Avengers: Age of Ultron
In Avengers: Age of Ultron, James Spader voices the eponymous villain, an entity of artificial intelligence that can inhabit seemingly any mechanical host around the world that it sees fit; break one body and you’ll just find him in an ever bigger one. Ultron is the superhero film embodiment of the ghost in the machine. Age of Ultron’s writer-director Joss Whedon, meanwhile, is the human in the too-often homogeneous Marvel machine, packing his second Avengers film with wit, pathos (as a result of characters' palpable emotional vulnerability), and some actual thematic thrust regarding the concepts of invincibility, the transient state of human existence, and America’s knack for trying to prevent conflicts that haven’t even started with methods that doom people anyway. The symphony of destruction works because this blockbuster behemoth has an actual soul.
Well, it mostly works. On the set-piece front, Whedon makes a considerable effort with long-take action escalation, but the convoluted nature of these shots combined with their fluidity can make some of the big boom moments feel a little weightless on occasion, particularly the film’s opening salvo assault on a Colditz-like castle. Later on we have yet another instance of a Marvel Studios finale based around a looming airborne threat to a city – though there’s at least a variation to how our heroes interact with it.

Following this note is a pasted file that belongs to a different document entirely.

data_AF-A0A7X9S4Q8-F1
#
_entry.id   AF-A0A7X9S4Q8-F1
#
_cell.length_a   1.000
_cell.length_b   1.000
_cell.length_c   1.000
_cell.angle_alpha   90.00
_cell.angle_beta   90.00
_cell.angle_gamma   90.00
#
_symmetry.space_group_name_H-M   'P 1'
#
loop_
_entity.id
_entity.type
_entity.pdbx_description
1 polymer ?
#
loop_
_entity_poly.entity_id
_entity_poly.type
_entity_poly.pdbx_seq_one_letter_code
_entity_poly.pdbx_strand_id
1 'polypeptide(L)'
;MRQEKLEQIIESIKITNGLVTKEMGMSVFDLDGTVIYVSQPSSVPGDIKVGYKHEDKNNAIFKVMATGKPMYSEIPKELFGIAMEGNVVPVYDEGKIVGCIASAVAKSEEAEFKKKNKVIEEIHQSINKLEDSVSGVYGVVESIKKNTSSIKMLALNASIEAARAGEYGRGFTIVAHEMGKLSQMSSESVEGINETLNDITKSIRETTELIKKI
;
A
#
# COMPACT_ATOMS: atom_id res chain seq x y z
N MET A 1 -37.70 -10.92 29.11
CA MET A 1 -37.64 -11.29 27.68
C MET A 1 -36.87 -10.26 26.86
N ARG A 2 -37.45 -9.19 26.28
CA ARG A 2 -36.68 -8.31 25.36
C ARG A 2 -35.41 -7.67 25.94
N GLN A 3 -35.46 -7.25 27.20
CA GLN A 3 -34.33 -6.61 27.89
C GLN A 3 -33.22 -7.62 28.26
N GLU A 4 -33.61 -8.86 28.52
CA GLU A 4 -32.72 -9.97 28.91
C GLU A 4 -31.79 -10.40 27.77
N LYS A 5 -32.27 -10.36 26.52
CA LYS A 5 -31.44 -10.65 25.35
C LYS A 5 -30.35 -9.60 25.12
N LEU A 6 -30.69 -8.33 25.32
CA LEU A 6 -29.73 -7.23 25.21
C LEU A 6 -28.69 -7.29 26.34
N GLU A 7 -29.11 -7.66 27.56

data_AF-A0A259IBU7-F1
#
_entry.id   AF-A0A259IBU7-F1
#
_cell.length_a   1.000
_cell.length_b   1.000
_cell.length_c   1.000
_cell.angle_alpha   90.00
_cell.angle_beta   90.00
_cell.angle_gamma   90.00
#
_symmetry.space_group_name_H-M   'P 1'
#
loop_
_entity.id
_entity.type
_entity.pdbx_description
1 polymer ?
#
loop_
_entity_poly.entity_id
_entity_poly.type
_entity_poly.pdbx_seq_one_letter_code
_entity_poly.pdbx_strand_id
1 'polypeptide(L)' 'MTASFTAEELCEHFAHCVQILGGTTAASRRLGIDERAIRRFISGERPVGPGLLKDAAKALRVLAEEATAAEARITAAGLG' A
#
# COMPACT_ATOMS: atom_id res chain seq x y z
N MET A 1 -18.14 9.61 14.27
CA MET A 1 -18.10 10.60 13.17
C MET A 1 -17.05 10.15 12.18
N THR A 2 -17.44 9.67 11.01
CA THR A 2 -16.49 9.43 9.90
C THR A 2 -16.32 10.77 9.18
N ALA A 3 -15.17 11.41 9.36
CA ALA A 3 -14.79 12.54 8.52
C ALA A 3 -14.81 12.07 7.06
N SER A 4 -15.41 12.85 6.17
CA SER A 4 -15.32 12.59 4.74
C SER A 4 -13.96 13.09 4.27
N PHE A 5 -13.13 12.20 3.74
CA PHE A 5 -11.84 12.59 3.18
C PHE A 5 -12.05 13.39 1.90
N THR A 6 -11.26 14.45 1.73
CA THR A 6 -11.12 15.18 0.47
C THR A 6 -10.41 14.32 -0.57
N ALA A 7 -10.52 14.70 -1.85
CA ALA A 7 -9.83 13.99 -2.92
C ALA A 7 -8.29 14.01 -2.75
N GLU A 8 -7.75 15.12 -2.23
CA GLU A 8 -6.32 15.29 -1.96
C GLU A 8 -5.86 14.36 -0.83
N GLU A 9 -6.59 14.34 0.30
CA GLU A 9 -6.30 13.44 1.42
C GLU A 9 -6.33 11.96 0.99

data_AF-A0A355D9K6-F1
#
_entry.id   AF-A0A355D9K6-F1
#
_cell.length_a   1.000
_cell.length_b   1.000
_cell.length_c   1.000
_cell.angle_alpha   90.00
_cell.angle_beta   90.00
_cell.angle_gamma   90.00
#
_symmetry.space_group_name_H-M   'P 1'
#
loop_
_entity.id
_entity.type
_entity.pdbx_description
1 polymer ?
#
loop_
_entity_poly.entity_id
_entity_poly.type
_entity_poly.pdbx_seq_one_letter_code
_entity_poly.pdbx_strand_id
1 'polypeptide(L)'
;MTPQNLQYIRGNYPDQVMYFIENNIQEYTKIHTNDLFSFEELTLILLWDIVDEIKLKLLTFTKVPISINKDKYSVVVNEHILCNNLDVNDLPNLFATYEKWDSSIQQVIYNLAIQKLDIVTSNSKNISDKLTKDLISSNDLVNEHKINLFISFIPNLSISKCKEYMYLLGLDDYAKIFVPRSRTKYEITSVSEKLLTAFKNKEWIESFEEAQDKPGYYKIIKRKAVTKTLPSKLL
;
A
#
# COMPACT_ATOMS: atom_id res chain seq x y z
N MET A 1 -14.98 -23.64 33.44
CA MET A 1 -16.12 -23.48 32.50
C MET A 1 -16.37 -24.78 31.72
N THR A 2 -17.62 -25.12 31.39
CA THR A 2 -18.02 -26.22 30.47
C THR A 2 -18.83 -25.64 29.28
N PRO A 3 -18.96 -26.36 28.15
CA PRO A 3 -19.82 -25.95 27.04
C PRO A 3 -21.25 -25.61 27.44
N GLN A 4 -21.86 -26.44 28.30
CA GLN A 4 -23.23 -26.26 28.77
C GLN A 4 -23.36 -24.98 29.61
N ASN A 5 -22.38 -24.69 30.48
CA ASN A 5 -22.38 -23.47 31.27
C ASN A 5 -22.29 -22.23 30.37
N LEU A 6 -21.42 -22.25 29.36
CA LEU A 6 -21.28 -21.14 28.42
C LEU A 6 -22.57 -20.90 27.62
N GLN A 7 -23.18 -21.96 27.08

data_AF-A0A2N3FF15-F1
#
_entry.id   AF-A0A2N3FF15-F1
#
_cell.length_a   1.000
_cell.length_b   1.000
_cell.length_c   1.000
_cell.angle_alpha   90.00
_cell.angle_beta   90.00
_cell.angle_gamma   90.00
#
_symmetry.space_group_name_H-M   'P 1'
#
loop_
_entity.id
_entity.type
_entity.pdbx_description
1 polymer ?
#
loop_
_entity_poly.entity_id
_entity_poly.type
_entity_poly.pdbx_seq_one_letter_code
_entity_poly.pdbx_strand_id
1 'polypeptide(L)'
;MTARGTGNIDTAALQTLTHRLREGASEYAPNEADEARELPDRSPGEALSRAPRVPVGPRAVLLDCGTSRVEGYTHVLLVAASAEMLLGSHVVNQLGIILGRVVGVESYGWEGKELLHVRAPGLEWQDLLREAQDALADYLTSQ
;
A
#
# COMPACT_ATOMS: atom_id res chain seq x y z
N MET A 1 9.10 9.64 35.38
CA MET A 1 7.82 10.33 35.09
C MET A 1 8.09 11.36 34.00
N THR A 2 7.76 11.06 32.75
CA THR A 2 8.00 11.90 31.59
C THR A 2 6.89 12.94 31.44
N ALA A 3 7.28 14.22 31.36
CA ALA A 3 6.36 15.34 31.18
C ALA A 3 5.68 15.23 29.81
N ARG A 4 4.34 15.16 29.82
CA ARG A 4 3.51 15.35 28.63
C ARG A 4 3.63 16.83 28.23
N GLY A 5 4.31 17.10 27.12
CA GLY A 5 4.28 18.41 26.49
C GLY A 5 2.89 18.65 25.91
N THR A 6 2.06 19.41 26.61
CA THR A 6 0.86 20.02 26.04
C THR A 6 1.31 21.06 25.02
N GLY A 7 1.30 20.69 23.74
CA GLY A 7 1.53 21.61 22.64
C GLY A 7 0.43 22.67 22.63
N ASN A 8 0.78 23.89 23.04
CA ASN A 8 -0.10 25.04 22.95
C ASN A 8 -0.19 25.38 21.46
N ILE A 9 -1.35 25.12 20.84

Among the new super-powered people popping up among the boom-boom are two twins with a grudge against Iron Man: super-speedster Pietro (Aaron Taylor-Johnson) and multi-talented telekinetic terror Wanda (Elizabeth Olsen). One of the most consistently captivating young actors in Hollywood, Olsen’s Scarlet Witch steals every scene she’s in. On the older hero front, Jeremy Renner’s Hawkeye gets to thrive after basically being a non-entity in the first film, anchoring this one’s humanity and keeping the band of misfits grounded; were it not for him still having actual combat skills, one might be inclined to read Hawkeye as this group’s version of Xander from Whedon’s own Buffy.
While it’s pretty choppy and indulgent at times, and doesn’t always break the constraints of its studio’s grand years-long synergy plans (see one Thor subplot and a terrible mid-credits sting), Age of Ultron is a very strong example of the sort of mythic pop cinema Whedon does so well. There’s enough good-to-great stuff here – and an actual personality to the cinematic vision behind it – to overcome the occasional niggles, and the film is ultimately a deeper and overall more compelling experience than its predecessor, though definitely a shaggier one.